Caftans and Tank Tops Mingle Breezily On Long Island’s East End
Southampton, N.Y. – Gawking is a common enough pastime at summertime beach resorts, but the scene along one of this exclusive enclave’s main thoroughfares last Sunday grabbed more attention than the sleek convertibles and toned sunbathers that customarily have vacationers craning their necks. With a maroon wedding canopy at its head, a procession of about 250 revelers marched a newly inked Torah along the few hundred yards of hedge that line the way from the inn where the scroll’s lavish dedication ceremony was held to the wood-shingled Chabad house that will serve as the Torah’s new home — a building that, eight years ago, earned the distinction of becoming the first-ever synagogue in the village’s 350-year history.
With its pomp, ceremony and — most of all — its chupah, a Torah dedication is often likened to a wedding. But if there was a union celebrated here this week, it was between a pair of rather strange bedfellows. Southampton, the first English settlement in New York, has long been considered the WASPiest nook of the 40-mile stretch known collectively as the Hamptons, and Chabad is, well, Chabad: a Hasidic sect with the miraculous ability to assimilate itself into the most unlikely of locales, even if those locales have a track record of hostility toward Jews.
Still, for all its surface peculiarity, Sunday’s Torah dedication, when viewed in light of the recent history of those who summer on Long Island’s East End, makes a certain kind of sense. The towns that constitute the Hamptons are hardly the restricted bastions they once were. Boomer professionals changed all that. Indeed, according to Steven Gaines, author of the best-selling 1998 Hamptons history “Philistines at the Hedgerow,” the fact that the Hamptons are considered a fun and exciting place today is thanks largely to the area’s Jewish population. This spirit of openness has, in recent decades, only grown, paving the way, in the past 15 to 20 years, for a group that never really visited the Hamptons before: the Orthodox.
And yet, and yet. Maybe it’s the sea air, maybe it’s the sun, but Orthodoxy in the Hamptons doesn’t mean quite what it does three hours to the west. Hamptons Orthodoxy is fluid, it’s forgiving, it’s flexible. In short, it’s not all that orthodox.
Rabbi Marc Schneier, who presides over Modern Orthodox congregations both in Manhattan and in the Long Island village of Westhampton Beach, made his first Hamptons foray in 1990. “That summer, I held services in a private home,” Schneier told the Forward. “Today, on Shabbat, we have between six and seven hundred people.” Southampton’s rabbi, Rafe Konikov, was invited to town in 1994 by a single individual, a Belgian-born diamond dealer named Jacqui Ekstein. Today, Konikov said, his congregation boasts more than 1,000 supporters.
Yet, asked if their recent successes offer evidence of an Orthodox boom in the Hamptons, both rabbis hesitated. “I’m an Orthodox rabbi with a Conservative congregation and a Reform membership,” said Schneier, who spoke of his congregation, the Hampton Synagogue, as being as much a center for culture as it is a house of worship. And indeed, Schneier does have an impressive array of speakers lined up for the summer (including, it should be said, the Forward’s Alana Newhouse). The Hampton Synagogue is also famous for its sumptuous buffets. “I tell people,” Schneier said, “that the three most important words for synagogue attendance are ‘Kiddush to follow.’”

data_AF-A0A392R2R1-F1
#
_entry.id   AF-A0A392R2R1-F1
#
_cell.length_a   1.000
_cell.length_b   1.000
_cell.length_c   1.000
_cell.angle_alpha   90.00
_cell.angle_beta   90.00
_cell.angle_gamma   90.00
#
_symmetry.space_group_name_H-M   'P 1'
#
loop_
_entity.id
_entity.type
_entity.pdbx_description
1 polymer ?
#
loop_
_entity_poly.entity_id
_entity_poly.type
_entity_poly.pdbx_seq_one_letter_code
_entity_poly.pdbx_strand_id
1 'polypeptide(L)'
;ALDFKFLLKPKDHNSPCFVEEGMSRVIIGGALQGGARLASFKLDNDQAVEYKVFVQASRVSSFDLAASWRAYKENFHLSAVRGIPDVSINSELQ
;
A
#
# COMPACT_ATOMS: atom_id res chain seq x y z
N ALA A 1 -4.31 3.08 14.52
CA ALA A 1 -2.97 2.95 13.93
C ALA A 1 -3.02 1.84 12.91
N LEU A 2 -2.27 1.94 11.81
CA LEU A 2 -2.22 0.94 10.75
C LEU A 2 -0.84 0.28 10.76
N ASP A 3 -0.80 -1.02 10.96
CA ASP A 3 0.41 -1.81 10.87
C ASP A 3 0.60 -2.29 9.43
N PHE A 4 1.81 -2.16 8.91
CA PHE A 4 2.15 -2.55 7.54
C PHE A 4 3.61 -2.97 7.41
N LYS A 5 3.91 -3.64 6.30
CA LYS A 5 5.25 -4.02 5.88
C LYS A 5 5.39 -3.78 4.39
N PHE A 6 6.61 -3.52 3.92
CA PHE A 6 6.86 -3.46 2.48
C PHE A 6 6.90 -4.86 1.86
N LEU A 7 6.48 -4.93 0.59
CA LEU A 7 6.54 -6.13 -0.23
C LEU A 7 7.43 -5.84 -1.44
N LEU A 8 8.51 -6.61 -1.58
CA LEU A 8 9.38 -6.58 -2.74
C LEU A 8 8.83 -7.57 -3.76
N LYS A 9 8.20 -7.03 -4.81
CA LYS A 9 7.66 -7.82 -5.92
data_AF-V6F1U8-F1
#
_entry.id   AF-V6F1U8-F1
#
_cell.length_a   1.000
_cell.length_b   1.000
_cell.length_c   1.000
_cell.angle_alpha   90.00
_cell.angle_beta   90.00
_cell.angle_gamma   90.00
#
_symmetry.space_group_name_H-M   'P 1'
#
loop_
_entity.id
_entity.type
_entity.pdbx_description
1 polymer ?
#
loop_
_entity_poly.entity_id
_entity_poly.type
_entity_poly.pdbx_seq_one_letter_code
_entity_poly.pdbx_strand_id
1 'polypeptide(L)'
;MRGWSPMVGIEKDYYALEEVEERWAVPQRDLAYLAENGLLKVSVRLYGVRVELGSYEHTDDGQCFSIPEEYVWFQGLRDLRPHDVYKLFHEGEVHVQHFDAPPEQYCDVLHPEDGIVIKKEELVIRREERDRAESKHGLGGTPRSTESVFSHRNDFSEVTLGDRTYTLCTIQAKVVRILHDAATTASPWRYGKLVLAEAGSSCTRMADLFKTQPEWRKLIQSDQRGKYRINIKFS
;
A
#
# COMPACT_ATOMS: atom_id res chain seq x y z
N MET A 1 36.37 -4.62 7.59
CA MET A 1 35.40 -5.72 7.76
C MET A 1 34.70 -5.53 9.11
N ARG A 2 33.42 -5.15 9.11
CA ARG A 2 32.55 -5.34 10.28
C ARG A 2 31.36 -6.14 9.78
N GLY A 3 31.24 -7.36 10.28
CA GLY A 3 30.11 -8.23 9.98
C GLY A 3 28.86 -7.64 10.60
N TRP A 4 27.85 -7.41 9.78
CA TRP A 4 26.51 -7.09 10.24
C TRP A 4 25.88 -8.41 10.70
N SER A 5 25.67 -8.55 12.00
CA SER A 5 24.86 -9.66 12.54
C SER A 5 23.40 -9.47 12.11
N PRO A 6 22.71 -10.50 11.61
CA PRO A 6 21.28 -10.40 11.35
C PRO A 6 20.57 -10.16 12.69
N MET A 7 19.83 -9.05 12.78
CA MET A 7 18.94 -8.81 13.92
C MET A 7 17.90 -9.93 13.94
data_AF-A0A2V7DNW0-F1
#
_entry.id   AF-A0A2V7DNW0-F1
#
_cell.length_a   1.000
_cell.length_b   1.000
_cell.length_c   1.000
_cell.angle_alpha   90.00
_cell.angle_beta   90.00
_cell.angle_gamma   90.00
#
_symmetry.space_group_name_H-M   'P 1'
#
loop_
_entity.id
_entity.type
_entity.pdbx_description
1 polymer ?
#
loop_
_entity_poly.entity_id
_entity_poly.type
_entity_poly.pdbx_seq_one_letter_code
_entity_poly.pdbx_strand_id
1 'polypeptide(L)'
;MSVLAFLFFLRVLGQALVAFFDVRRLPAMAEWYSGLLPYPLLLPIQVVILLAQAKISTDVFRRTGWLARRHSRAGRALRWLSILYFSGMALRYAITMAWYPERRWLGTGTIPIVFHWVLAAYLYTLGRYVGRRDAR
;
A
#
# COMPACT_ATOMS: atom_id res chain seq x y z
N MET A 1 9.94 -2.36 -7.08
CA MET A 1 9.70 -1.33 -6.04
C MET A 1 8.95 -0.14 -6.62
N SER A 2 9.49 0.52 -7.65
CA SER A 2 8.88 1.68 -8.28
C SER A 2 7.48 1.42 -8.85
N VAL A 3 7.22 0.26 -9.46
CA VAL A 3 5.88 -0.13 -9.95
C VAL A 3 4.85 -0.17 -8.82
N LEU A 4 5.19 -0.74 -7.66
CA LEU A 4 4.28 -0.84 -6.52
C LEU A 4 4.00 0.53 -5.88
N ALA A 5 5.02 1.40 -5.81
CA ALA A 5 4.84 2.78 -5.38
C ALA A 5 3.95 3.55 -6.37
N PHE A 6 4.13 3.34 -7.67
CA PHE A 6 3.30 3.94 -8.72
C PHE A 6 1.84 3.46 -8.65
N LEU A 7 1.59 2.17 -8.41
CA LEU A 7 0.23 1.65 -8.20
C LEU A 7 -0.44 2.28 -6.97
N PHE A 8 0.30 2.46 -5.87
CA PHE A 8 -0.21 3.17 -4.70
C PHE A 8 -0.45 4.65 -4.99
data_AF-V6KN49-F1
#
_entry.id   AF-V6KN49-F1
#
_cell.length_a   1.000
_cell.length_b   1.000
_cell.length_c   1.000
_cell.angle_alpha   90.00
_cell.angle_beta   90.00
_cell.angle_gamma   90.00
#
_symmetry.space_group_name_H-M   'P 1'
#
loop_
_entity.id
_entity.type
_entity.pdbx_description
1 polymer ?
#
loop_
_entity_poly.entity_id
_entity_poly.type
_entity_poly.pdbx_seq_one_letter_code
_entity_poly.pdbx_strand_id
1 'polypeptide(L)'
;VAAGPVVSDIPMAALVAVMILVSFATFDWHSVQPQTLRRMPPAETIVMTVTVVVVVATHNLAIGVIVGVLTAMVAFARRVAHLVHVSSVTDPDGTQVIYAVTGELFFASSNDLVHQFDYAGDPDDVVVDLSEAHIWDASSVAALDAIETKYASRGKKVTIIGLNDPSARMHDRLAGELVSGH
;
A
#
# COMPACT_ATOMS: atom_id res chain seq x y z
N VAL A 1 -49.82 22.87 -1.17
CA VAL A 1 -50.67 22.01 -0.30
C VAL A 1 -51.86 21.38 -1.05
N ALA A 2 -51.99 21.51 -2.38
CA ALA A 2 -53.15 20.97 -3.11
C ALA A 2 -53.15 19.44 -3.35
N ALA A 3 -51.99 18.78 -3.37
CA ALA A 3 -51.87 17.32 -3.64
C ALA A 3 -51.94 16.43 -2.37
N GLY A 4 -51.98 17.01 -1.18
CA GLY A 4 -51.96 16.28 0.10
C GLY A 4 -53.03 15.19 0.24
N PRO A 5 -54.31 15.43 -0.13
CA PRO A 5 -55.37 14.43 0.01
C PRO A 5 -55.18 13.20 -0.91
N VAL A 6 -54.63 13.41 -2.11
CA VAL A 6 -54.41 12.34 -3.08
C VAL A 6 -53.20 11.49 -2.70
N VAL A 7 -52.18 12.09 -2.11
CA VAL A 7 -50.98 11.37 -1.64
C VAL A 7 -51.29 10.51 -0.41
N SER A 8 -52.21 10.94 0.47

Konikov similarly underplayed the religious nature of his enterprise. “The majority of the people who are going to be there,” he said a few days before his Torah-dedication ceremony, “will be nonreligious.” It was no lie. The event had more in common with a garden party than it did with a Lubavitcher farbrengen. No effort was made to keep men and women separate, and the dress code veered more toward Hamptons Chic than toward Crown Heights Modest.
The Hamptons are bracketed by two Jewish institutions: Schneier’s synagogue in Westhampton Beach and, 30 miles down an often traffic-choked highway, the Reform-affiliated Jewish Center of the Hamptons, in East Hampton. It, too, knows a thing or two about flexible denominational boundaries. When, amid charges of plagiarism and financial impropriety, the synagogue opted not to renew its rabbi’s contract last year, his temporary replacement, Myron Fenster, did not come with the standard Reform rabbi’s résumé. The product of an Orthodox upbringing, Fenster, a graduate of Yeshiva College, served for many years as the rabbi of the Shelter Rock Jewish Center in Roslyn, N.Y., a Conservative congregation.
“Maybe there’s something about summer resort Judaism that allows for relaxation on all sides,” suggested Princeton University historian and Forward columnist Jenna Weissman Joselit when asked to reflect on the current Hamptons scene. “Maybe there’s a kind of playfulness that goes along with summer: You try this, and you try that. Maybe it’s kind of chic, in a way, to be involved with Chabad. Maybe it’s even a little transgressive.”